Tuesday, November 8, 2016

The Conscience of the King: November 8, 1528

The Tudor Society reminds us that on November 8, 1528:

Henry VIII made a public oration to “the nobility, judges and councillors and divers other persons” at Bridewell Palace to explain his troubled conscience regarding the lawfulness of his marriage to Catherine of Aragon. In this speech, the King explained that due to his worry that Mary was not his lawful daughter and that Catherine was not his lawful wife, he had sent for a legate “to know the truth and to settle my conscience.”

The issue of Henry VIII's conscience, like St. Thomas More's, is central to our views of the English Reformation and can even be a crucial element in our evaluation of Henry VIII's character. Was he really so troubled by his conscience regarding his marriage to Katherine of Aragon? Was he just citing his conscience and his concern about the admonitions in Leviticus as an excuse? Why wasn't his concern answered by the contrary admonitions in Deuteronomy and the fact that his father had obtained a dispensation from any possible affinity from the Pope?

Henry Ansgar Kelly's The Matrimonial Trials of Henry VIII was first published by Stanford University Press in 1976 and is now published by Wipf and Stock. He analyses Henry's conscience and notes that we will never really know "Henry's mind". Kelly says that Henry is neither a Machiavellian nor a great Protestant hero (defying the Pope) in this matter, but that the truth is somewhere in between these extremes: Henry was "partly hypocritical and partly conscientious". Kelly says that Henry VIII had to justify himself before God and did believe that his marriage to Katherine was sinful, but also that he "possessed massive powers of rationalization, and was prepared to resort to cant and skulduggery to attain ends that he believed were fundamentally righteous."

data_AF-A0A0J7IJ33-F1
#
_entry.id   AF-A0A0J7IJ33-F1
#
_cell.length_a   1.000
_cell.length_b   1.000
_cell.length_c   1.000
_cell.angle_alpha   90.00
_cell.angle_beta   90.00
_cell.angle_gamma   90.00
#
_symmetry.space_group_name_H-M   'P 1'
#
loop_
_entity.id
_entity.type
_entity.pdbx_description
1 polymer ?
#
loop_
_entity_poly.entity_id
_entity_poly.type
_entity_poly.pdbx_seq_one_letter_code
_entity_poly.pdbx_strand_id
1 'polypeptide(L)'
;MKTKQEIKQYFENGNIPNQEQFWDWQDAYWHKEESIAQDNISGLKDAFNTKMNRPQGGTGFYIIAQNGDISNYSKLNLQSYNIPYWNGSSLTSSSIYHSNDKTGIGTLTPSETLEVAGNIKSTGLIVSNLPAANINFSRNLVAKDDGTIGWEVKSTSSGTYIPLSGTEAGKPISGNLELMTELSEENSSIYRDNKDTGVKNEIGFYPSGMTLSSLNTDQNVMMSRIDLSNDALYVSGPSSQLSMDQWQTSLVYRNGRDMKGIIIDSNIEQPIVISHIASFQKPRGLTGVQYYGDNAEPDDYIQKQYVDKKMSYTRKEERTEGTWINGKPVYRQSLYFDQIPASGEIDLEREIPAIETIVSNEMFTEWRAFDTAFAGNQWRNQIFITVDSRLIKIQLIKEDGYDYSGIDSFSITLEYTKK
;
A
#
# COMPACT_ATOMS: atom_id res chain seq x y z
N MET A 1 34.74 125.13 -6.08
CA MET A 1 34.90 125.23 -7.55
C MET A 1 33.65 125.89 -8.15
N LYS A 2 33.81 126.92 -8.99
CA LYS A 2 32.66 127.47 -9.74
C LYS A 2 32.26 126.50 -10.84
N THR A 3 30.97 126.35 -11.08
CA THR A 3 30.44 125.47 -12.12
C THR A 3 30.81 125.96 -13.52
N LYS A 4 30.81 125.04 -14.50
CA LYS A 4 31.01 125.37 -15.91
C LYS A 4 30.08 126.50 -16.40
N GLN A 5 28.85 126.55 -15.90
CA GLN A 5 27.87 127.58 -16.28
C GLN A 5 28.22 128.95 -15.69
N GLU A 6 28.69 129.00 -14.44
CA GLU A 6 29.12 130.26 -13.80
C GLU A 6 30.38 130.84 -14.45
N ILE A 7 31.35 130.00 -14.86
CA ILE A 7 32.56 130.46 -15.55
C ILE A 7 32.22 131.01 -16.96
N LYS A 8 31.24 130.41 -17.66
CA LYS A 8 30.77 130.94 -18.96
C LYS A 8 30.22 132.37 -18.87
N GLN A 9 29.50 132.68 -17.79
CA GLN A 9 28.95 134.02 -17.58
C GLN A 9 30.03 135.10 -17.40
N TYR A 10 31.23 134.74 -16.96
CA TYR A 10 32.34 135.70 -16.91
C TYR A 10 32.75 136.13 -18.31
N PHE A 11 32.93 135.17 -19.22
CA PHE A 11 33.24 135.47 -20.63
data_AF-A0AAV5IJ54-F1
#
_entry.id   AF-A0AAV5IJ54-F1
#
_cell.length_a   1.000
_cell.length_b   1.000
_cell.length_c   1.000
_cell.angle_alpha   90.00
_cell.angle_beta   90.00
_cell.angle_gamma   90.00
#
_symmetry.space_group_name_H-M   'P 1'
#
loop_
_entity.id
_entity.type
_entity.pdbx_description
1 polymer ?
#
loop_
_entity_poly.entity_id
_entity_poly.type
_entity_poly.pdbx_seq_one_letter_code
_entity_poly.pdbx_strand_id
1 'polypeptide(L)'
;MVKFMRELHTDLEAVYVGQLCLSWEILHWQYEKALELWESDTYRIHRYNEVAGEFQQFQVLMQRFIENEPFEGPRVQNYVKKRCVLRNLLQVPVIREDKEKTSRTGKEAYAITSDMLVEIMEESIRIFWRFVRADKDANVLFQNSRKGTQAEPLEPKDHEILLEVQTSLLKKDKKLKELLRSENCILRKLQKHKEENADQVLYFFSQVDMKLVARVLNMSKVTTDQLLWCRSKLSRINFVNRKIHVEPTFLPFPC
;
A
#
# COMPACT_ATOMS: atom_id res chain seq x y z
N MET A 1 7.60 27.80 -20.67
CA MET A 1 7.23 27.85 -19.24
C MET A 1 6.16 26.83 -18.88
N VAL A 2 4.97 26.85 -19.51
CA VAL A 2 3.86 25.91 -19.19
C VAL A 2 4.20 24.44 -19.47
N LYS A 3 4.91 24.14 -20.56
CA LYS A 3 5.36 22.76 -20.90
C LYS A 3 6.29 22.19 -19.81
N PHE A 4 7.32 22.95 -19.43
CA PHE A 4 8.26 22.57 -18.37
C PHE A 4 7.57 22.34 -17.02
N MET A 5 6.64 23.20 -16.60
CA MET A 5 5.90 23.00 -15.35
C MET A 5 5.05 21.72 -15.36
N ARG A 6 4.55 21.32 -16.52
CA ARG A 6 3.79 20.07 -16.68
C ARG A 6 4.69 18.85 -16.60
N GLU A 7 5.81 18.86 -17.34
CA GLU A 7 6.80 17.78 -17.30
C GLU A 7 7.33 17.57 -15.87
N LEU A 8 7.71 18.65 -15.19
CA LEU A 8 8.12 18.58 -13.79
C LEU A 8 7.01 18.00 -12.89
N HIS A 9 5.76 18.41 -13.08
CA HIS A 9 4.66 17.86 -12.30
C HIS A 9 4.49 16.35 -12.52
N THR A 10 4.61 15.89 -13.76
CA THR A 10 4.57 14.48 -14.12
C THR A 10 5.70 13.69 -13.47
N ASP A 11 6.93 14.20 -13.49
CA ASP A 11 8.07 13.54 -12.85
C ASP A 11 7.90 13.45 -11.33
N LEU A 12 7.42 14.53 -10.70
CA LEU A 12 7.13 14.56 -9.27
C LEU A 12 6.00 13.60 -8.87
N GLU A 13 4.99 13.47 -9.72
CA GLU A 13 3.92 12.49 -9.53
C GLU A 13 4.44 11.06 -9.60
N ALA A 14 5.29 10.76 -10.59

Cant means "hypocritical and sanctimonious talk" and skulduggery is "underhanded or unscrupulous behavior; trickery".
I have not read Kelly's book and think it would be low on my reading list, though it does look interesting and well written.

If we compare what a semi-apologist for Henry VIII says and what an enemy of Thomas More says, however, I think you readers would agree that even his enemy would never say that Thomas More, in citing his conscience in the matter of Henry VIII's supremacy, was "partly hypocritical", that he "possessed massive powers of rationalization" or was "prepared to resort to cant and skulduggery" in defense of his unstated position against Henry VIII's Supremacy over the Church in England. The opposite would be true; he could have rationalized away his objections to the monarch, the representative of the State taking over the spiritual authority of the Church; evidently many Englishmen did.

Thomas More made no public statement and maintained silence, merely refusing personally, in the name of conscience, to swear the oaths Henry VIII wanted enforced. Therefore, there was no cant to speak of and no skulduggery at all, since More never did anything tricky or underhanded.

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